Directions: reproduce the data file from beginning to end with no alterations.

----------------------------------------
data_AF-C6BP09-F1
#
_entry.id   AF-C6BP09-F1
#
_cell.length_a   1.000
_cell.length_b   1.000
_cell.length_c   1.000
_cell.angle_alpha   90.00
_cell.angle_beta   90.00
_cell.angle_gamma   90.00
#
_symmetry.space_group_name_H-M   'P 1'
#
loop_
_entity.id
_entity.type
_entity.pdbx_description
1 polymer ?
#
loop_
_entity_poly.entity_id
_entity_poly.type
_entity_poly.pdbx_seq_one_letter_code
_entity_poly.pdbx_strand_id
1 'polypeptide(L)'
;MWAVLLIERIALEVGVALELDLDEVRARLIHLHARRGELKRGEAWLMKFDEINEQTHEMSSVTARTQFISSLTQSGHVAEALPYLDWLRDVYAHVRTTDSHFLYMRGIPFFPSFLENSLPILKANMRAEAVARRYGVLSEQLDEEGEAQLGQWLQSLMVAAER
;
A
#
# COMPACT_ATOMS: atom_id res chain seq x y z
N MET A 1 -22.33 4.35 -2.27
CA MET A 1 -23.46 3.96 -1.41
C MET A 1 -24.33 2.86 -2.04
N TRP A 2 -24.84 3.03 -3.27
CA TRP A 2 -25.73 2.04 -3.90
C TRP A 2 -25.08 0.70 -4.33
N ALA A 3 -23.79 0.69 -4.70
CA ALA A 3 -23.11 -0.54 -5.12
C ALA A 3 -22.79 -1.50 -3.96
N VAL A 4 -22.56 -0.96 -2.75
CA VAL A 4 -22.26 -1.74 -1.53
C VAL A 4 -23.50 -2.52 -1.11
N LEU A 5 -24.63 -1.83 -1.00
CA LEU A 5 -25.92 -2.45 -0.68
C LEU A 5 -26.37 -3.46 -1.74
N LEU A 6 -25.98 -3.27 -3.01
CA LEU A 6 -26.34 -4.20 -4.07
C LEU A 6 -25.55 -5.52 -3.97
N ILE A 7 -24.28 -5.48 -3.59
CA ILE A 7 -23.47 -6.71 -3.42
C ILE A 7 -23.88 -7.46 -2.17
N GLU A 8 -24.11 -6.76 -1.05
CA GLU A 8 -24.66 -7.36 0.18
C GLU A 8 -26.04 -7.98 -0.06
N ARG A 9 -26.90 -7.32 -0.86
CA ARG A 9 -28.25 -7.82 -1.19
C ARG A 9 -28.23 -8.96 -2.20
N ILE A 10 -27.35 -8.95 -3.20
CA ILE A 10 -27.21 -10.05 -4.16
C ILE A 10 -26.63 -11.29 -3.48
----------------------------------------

data_AF-C6BP09-F1
#
_entry.id   AF-C6BP09-F1
#
_cell.length_a   1.000
_cell.length_b   1.000
_cell.length_c   1.000
_cell.angle_alpha   90.00
_cell.angle_beta   90.00
_cell.angle_gamma   90.00
#
_symmetry.space_group_name_H-M   'P 1'
#
loop_
_entity.id
_entity.type
_entity.pdbx_description
1 polymer ?
#
loop_
_entity_poly.entity_id
_entity_poly.type
_entity_poly.pdbx_seq_one_letter_code
_entity_poly.pdbx_strand_id
1 'polypeptide(L)'
;MWAVLLIERIALEVGVALELDLDEVRARLIHLHARRGELKRGEAWLMKFDEINEQTHEMSSVTARTQFISSLTQSGHVAEALPYLDWLRDVYAHVRTTDSHFLYMRGIPFFPSFLENSLPILKANMRAEAVARRYGVLSEQLDEEGEAQLGQWLQSLMVAAER
;
A
#
# COMPACT_ATOMS: atom_id res chain seq x y z
N MET A 1 -22.33 4.35 -2.27
CA MET A 1 -23.46 3.96 -1.41
C MET A 1 -24.33 2.86 -2.04
N TRP A 2 -24.84 3.03 -3.27
CA TRP A 2 -25.73 2.04 -3.90
C TRP A 2 -25.08 0.70 -4.33
N ALA A 3 -23.79 0.69 -4.70
CA ALA A 3 -23.11 -0.54 -5.12
C ALA A 3 -22.79 -1.50 -3.96
N VAL A 4 -22.56 -0.96 -2.75
CA VAL A 4 -22.26 -1.74 -1.53
C VAL A 4 -23.50 -2.52 -1.11
N LEU A 5 -24.63 -1.83 -1.00
CA LEU A 5 -25.92 -2.45 -0.68
C LEU A 5 -26.37 -3.46 -1.74
N LEU A 6 -25.98 -3.27 -3.01
CA LEU A 6 -26.34 -4.20 -4.07
C LEU A 6 -25.55 -5.52 -3.97
N ILE A 7 -24.28 -5.48 -3.59
CA ILE A 7 -23.47 -6.71 -3.42
C ILE A 7 -23.88 -7.46 -2.17
N GLU A 8 -24.11 -6.76 -1.05
CA GLU A 8 -24.66 -7.36 0.18
C GLU A 8 -26.04 -7.98 -0.06
N ARG A 9 -26.90 -7.32 -0.86
CA ARG A 9 -28.25 -7.82 -1.19
C ARG A 9 -28.23 -8.96 -2.20
N ILE A 10 -27.35 -8.95 -3.20
CA ILE A 10 -27.21 -10.05 -4.16
C ILE A 10 -26.63 -11.29 -3.48